On Team Homan: "Sarah Wilkes is an incredible athlete. She has an incredible gun from third base. They'll probably gain on sweeping. Sarah is really strong, but Lisa, oh my goodness what a shooter. She's one of the best of all time. You'd vote her in the top three or four, ever. So that was shocking."
After winning four Briers, one world title, one Olympic gold medal, 18 Grand Slams and being named the greatest Canadian male curler of all-time, Martin has plenty of stories to tell about the Roaring Game.
And Martin is ready to tell some of those tales with his new Apple podcast, dubbed Inside Curling.
Martin, 53, is teaming up with Warren Hansen, who won the 1974 Canadian championship with Hec Gervais before serving as Curling Canada’s director of event operations from 1986 to 2015, and radio personality “Jungle” Jim Jerome to give all the insider goods from the world of curling.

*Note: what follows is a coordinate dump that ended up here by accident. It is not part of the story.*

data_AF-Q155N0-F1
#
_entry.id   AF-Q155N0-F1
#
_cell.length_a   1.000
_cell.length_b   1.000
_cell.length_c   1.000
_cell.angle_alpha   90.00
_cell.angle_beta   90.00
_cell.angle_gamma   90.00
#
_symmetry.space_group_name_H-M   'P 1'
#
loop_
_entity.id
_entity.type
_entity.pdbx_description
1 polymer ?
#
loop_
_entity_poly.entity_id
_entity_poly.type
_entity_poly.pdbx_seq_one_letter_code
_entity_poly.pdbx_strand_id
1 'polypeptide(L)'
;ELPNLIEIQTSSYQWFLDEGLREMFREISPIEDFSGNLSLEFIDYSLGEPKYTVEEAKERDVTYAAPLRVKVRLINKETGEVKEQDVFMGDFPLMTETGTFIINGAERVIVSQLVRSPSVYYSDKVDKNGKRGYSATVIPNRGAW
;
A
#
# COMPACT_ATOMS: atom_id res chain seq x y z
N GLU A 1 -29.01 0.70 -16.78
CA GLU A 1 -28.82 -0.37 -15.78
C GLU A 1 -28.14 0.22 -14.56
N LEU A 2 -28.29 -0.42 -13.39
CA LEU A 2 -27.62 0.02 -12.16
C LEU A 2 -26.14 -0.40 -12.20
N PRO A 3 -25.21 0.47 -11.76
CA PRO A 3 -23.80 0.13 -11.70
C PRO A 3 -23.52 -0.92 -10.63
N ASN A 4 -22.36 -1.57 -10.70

"That's why I think it's different than most curling podcasts,” said Martin. “There aren't two other people that would have this kind of background into the sport."
Hansen, 77, is also credited for developing mixed doubles, which made its Olympic debut in 2018, as well as events like the Continental Cup and Canada Cup.
The dynamic between Martin and Hansen is an interesting one. The pair were business rivals back in the late 90s and early 2000s when Martin was attempting to get the Grand Slam tour on its feet as Hansen worked on the other side for the Canadian Curling Association, the governing body of the Brier and Scotties.
"We've had chats forever. Way before the fight, during the fight and then after the fight,” joked Martin. “We've become really good friends, but the stories that can be told about all these different things is incredible."
The first three episodes are already out, with new episodes coming out each Thursday.